AMP activities during the following Accounting Period.
Alternatively, TRIM may, subject to the approval of
its Board of Directors, refund the surplus amounts to
the franchisees including Franchisee in the same
proportion as the actual Advertising Contribution made
by each franchisee including Franchisee in that
Accounting Period.”
(emphasis supplied)
28. Contrary to the abovestated legal position, clause 8.4 makes
it clear that the franchisees do not enjoy any “entitlement” or
“right” on the surplus remaining after the operations have been
carried out for a given assessment year. The clause provides that
the assessee company may refund the surplus subject to the
approval of its Board of Directors. It implies that the
franchisees/contributors cannot claim a refund of their
remaining amount as a matter of right. Be it noted that the
raison d’etre behind the refund of surplus to the contributors or
mandatory utilisation of the same in the subsequent assessment
year is to reduce their burden of contribution in the next year
proportionate to the surplus remaining from the previous year.
27
Thus, the fulfilment of this condition becomes essential. In the
present case, even if any surplus is remaining in a given
assessment year, it is unlikely to reduce the liability of the
franchisees in the following year as their liability to the extent of
5 per cent is fixed and nonnegotiable,
irrespective of whether
any funds are surplus in the previous year. The only entity that
could derive any benefit from the surplus funds is YRIPL, i.e. the
parent company. This is antithetical to the third test of
mutuality.
29. `Be that as it may, the dispensation predicated in the
Tripartite Agreement may entail in a situation where YRIPL would
not contribute even a single penny to the common pool and yet
be able to derive profits in the form of royalties out of the
purported mutual operations, created from the fixed 5 per cent
contribution made by the franchisees. This would be nothing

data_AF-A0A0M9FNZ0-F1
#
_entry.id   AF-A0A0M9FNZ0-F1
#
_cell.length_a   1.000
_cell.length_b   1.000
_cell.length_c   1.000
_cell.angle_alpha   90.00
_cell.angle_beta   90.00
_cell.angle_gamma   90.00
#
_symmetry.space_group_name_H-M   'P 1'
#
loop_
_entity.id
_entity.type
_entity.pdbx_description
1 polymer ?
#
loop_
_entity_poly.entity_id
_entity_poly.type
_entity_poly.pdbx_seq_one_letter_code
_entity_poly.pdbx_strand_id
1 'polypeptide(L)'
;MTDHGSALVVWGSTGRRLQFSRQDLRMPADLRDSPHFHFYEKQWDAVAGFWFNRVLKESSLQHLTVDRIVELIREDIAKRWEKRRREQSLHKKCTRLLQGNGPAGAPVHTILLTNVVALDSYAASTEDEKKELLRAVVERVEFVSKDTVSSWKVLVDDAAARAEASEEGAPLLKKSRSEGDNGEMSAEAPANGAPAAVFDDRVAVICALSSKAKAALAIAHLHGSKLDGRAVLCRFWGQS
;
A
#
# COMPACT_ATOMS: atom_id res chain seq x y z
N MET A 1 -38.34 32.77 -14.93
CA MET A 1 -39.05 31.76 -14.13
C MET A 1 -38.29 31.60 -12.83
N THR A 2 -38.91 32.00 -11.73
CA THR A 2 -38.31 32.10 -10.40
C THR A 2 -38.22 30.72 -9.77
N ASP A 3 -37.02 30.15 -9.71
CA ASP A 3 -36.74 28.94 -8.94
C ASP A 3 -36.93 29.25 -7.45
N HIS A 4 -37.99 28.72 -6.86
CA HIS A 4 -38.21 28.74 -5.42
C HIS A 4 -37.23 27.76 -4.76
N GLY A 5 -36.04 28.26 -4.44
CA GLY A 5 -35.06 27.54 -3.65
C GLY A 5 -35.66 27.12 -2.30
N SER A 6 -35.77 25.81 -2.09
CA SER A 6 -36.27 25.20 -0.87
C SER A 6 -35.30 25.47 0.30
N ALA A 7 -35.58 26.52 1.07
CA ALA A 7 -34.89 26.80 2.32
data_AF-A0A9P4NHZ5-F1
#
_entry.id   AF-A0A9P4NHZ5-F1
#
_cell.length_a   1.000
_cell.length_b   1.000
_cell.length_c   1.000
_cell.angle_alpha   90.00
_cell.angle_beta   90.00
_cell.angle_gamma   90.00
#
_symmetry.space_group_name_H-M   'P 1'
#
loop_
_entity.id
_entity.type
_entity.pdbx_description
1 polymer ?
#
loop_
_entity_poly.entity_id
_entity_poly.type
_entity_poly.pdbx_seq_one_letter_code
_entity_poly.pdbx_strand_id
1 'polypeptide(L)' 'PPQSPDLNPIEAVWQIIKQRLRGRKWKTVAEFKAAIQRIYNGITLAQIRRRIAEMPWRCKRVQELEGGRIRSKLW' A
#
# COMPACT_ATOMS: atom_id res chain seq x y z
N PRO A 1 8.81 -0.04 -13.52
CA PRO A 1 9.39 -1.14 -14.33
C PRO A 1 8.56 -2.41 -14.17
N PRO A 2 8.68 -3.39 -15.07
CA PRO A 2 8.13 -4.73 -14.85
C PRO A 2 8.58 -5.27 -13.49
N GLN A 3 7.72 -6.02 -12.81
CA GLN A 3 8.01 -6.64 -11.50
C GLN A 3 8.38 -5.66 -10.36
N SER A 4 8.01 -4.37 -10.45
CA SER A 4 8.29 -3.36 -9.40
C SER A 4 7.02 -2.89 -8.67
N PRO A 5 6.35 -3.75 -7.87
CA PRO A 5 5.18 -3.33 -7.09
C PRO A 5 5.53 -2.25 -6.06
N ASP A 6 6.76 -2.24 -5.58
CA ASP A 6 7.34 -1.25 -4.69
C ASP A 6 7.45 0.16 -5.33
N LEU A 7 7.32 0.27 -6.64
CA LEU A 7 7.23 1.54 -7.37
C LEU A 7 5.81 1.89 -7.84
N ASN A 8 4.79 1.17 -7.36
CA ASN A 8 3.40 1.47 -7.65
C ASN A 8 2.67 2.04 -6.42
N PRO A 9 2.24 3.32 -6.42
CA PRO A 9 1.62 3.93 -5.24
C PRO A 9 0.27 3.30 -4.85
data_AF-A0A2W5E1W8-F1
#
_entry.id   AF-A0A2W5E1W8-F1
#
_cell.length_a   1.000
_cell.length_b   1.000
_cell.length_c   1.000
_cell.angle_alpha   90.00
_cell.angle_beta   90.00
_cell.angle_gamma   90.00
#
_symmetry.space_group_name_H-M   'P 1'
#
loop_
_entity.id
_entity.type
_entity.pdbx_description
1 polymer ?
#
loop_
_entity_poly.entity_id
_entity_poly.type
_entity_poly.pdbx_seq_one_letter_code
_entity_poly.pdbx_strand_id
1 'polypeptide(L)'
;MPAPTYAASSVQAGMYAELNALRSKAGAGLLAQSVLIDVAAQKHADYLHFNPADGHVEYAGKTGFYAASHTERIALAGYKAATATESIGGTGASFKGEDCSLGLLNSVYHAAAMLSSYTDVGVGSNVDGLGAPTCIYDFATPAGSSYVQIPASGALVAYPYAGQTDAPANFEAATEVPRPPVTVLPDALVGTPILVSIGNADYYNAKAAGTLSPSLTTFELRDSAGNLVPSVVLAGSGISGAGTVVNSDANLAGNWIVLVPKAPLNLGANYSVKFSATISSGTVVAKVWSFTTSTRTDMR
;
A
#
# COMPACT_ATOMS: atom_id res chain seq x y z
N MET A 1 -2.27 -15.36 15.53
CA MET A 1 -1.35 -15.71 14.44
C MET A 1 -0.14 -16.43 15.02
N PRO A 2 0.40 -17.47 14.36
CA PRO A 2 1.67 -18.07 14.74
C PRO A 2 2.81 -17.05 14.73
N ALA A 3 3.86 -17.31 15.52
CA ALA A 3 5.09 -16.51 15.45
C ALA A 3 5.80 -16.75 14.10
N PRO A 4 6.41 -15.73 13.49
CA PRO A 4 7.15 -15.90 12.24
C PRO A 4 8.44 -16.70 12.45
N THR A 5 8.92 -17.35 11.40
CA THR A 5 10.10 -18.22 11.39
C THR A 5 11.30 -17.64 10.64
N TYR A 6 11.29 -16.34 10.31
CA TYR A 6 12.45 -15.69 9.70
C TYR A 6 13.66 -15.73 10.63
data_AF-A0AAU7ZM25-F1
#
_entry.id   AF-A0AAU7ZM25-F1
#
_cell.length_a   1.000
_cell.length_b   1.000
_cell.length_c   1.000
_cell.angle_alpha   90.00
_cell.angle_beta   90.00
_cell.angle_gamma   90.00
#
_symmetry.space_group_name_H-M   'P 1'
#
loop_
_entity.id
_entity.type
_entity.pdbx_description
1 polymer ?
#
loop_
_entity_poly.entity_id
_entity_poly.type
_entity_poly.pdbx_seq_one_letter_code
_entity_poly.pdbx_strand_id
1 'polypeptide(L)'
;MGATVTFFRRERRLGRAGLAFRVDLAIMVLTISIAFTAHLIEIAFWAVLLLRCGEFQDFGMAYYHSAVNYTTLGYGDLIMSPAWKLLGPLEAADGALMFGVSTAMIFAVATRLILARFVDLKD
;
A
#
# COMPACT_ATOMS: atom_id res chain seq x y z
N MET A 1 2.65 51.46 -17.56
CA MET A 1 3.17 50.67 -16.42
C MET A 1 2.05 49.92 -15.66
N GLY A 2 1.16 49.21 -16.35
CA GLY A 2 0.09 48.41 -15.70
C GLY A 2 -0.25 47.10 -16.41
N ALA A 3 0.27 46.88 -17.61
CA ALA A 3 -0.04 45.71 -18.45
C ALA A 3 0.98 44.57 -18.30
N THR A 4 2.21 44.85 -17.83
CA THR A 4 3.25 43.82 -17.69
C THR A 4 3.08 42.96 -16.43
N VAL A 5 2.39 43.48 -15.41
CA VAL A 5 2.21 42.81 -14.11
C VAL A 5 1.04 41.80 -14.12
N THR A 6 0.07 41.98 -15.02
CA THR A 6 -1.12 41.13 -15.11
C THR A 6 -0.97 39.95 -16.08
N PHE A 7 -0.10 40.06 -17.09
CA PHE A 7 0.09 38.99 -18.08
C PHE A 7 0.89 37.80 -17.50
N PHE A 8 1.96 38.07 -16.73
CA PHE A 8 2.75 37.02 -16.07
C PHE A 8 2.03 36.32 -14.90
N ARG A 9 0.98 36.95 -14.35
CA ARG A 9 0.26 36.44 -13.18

short of derivation of gains/profits out of inputs supplied by
others. That cannot be countenanced as being violative of the
basic essence of mutuality. The doctrine of mutuality, in
principle, entails that there should not be any profit earning
motive, either directly or indirectly. The third test of mutuality,
quoted above, requires that the purported mutual operations
28
must be marked by an impossibility of profits and this crucial
test is also not fulfilled in the present case.
30. Furthermore, the exemption granted to a mutual concern is
premised on the assumption that the concern is being run for the
mutual benefit of the contributors and the contributions made by
the members ought to be directed in that direction. Contrary to
this fundamental tenet, clause 8.1 of the Tripartite Agreement
relieves the assessee company from any specific obligation of
spending the amounts received by way of contributions for the
benefit of the contributors. It explicates that the assessee
company does not hold such amount under any implied trust for
the franchisees, and reads thus:
“8.1 …. Notwithstanding the foregoing, any amount paid
by Franchisee to TRIM will not be required to be spent for
the specific benefit, either direct or indirect, of Franchisee
or the Business and no express or implied trust will be
created in respect of such amount. Additionally,
Franchisee will not have any claim or action against
Tricon and/or TRIM in connection with the level of
success of any such advertising, marketing, promotion,
research or test.”
31. A priori, it must follow that the assessee company had acted
in contravention of the terms of approval. Notably, the SIA
approval or Government approval was not only a binding
document but also a conditional document with a defined set of
29
preconditions for the functioning of the assessee company as a
mutual concern. The SIA approval categorically reads that the
grant of approval is subject to the terms and conditions specified
therein and any contravention thereof would be infraction of the
mandate of the government approval.
32. The appellant had urged that no fixed percentage of
contribution could be imputed upon YRIPL as it does not operate
any restaurant directly and thus, the actual volume of sales
cannot be determined. At the very outset, this argument holds no
water as YRIPL receives fixed percentage of royalty from the
franchisees on the sales. We say so because if the franchisees
could be obligated with a fixed percentage of contribution, 5 per
cent in the present case, it is unfathomable as to why the same
obligation ought not to apply to YRIPL.
33. Be it noted that the text of the Tripartite Agreement points